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Cycling Deaths Spark Declaration of Emergency in NYC, Could Impact Events

24 Jul, 2019

By: Michael Popke

This year alone, 15 bicyclists have been killed in New York City — including three in a one-week period — according to local media. Officials blame, at least in part, a surge in truck traffic from a booming e-commerce industry; nearly half of the bicycling fatalities were the result of riders being struck by trucks.

Regardless of the cause, New York Mayor Bill de Blasio (and a Democrat running for president) declared the city is facing an “emergency” and proclaimed “we’re going to do a full-court press to stop it. We’re going to use the power of NYPD enforcement on motorists to try to immediately jolt this situation.” 

According to The New York Times:

It was Mr. de Blasio, then the public advocate, who as a candidate for mayor vowed to eliminate all traffic-related deaths and serious injuries. And within weeks of taking office in 2014, he unleashed ticket blitzes on scofflaw drivers and successfully pushed to lower the speed limit to 25 miles per hour in most of the city. 

Since then, the mayor’s aggressive policy — known as Vision Zero — has become his transportation priority and been copied by cities across the country. Year after year, Mr. de Blasio has heralded its success, as the number of people killed annually in traffic fatalities fell from 299 in 2013 to 203 last year, the lowest level in more than a century.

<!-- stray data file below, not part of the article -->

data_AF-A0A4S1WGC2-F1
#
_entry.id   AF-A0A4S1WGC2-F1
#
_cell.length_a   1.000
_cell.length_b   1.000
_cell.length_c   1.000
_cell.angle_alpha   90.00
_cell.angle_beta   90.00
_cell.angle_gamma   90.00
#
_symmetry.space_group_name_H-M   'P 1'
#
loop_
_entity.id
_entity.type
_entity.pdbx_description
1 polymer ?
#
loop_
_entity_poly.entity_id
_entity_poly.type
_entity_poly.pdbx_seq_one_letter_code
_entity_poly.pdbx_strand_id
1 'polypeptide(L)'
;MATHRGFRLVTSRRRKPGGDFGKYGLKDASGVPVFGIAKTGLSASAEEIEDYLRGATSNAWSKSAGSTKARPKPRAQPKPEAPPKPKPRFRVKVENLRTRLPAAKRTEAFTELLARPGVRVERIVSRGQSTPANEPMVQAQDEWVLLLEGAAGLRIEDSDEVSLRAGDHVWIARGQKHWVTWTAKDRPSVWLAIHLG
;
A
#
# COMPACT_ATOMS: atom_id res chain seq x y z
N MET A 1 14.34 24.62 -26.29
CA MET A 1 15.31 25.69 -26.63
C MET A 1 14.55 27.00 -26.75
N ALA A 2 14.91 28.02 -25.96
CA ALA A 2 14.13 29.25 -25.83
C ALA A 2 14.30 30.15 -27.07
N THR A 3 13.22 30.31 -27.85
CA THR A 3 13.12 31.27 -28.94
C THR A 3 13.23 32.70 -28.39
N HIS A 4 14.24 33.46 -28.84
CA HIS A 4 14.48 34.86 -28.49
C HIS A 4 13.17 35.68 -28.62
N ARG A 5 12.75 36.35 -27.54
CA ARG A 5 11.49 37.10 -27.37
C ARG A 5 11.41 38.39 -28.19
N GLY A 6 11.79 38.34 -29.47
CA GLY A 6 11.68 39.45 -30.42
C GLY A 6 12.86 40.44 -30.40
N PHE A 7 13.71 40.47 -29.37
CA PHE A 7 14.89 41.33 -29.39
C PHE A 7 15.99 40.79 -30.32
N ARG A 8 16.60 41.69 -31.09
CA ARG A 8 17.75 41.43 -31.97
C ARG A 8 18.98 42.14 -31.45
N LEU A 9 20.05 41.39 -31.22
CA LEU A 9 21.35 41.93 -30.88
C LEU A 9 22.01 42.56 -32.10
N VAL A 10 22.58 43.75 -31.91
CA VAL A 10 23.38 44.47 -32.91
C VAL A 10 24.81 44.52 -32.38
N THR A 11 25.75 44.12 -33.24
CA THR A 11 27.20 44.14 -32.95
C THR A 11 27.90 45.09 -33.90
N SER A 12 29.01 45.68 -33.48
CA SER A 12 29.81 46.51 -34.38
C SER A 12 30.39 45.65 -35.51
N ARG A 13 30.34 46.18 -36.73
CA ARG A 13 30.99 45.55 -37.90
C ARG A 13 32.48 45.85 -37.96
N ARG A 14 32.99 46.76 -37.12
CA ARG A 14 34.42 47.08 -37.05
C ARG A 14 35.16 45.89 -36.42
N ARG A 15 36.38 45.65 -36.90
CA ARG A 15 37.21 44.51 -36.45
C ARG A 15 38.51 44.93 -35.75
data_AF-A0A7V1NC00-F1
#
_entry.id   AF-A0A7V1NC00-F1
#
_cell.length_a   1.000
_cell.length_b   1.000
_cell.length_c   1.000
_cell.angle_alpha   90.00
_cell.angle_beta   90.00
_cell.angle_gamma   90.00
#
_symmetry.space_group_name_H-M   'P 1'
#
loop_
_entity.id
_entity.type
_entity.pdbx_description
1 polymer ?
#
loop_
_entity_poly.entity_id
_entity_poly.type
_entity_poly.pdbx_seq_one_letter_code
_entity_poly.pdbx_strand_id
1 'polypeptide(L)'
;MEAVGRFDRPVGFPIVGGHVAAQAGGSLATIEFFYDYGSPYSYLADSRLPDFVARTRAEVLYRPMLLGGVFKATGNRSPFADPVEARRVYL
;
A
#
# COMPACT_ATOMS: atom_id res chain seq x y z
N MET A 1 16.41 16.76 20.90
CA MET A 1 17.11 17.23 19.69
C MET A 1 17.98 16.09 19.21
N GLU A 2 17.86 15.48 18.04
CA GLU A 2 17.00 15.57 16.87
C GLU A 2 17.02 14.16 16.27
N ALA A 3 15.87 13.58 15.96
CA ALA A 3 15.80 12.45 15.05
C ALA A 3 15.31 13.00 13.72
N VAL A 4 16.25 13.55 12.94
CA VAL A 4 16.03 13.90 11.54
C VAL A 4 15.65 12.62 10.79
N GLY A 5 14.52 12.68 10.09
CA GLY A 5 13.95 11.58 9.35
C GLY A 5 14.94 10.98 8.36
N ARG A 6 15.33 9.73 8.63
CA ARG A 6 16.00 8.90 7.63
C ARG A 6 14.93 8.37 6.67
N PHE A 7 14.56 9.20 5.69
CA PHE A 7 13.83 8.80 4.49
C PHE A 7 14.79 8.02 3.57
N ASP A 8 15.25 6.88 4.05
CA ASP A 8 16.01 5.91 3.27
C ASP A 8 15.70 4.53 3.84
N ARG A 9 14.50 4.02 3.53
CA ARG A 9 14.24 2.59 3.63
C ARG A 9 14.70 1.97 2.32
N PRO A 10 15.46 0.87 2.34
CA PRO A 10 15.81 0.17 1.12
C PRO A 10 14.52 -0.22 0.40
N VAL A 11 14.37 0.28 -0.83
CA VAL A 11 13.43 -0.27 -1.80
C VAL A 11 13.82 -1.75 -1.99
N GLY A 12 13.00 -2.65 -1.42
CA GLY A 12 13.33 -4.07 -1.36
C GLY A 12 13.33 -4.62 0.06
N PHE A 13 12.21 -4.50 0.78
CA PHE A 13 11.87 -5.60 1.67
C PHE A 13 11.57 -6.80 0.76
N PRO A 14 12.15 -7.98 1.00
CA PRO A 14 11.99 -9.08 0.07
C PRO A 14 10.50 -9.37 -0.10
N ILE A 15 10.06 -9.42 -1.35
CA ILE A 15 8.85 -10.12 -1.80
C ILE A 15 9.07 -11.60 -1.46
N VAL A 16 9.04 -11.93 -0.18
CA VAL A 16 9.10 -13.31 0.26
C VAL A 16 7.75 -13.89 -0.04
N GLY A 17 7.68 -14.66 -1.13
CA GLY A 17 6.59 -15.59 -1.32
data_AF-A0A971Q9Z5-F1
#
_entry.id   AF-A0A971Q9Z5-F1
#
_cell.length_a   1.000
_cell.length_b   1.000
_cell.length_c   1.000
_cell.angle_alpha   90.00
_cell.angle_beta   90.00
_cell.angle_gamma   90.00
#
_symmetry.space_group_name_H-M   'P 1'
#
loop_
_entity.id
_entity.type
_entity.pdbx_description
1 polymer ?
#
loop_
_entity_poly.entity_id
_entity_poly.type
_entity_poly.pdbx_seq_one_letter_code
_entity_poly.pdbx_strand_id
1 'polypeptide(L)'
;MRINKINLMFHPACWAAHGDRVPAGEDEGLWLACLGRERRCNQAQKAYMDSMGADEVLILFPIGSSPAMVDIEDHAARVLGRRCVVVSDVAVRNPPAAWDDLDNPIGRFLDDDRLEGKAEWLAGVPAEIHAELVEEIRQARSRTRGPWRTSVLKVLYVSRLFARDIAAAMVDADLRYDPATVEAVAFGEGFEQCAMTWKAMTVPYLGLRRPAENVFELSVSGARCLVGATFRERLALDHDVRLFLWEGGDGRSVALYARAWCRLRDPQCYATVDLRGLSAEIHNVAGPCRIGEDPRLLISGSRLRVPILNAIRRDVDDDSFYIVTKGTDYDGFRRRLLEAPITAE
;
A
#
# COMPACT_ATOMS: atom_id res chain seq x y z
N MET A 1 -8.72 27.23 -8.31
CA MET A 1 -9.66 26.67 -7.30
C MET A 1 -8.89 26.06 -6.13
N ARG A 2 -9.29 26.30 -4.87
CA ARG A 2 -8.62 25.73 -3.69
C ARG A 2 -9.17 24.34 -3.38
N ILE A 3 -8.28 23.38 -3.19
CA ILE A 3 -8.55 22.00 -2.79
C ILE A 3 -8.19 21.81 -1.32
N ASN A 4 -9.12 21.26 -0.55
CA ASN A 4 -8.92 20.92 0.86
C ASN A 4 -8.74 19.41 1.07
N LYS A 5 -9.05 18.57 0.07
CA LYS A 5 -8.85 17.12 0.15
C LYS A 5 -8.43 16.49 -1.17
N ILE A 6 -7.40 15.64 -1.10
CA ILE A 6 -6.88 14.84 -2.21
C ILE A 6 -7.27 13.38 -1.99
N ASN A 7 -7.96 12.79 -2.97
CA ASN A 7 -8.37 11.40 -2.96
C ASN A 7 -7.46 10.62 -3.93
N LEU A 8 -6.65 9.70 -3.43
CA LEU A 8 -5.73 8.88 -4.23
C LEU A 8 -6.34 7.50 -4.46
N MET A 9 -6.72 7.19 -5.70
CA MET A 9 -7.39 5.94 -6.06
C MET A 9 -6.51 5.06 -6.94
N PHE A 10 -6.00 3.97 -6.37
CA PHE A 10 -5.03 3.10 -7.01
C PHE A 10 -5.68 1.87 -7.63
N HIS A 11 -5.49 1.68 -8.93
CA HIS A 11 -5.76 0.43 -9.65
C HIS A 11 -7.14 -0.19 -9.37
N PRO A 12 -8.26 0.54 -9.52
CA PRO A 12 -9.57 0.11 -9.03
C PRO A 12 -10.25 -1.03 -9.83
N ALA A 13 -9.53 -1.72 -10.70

The soaring numbers of people on bikes have drawn criticism, particularly from some older people, that cyclists can also be menaces, going the wrong way on streets, failing at times to yield to pedestrians and flying through red lights and stop signs.

The recent surge in bicyclist deaths prompted Marco Conner, interim co-director of the Transportation Alternatives advocacy group, to declare that “New Yorkers on bikes are being killed at an alarming rate.”

Conner’s group has published a 78-page report titled “BikeNYC 2020: What New York Needs to Be a World-Class Bicycling City,” which lays out a vision that includes a guarantee that every New Yorker will live within a quarter-mile of a protected bike lane by 2020 and suggests the launch of trial projects to prove the efficacy of “bicycle superhighways.”

Safety of cycling athletes is the prime concern of event owners in that sector. Several important events take place in New York City each year, including the Five Borough Tour in May (with 32,000 cyclists) as well as events that take place outside the city but in the state, such as the Hudson Valley Ride (multiple routes from five to 100 miles). The Bike Expo New York is also held in NYC, as is the East Harlem Bike Camp; both these business events have a strong stake in cyclist safety and in preserving the image of the city as a place to ride.

While no official action has been taken, cyclists have created a 'rogue bike lane' in various places of Manhattan using...toilet plungers. Information and a visual can be found here.

SDM will continue to follow this developing issue.

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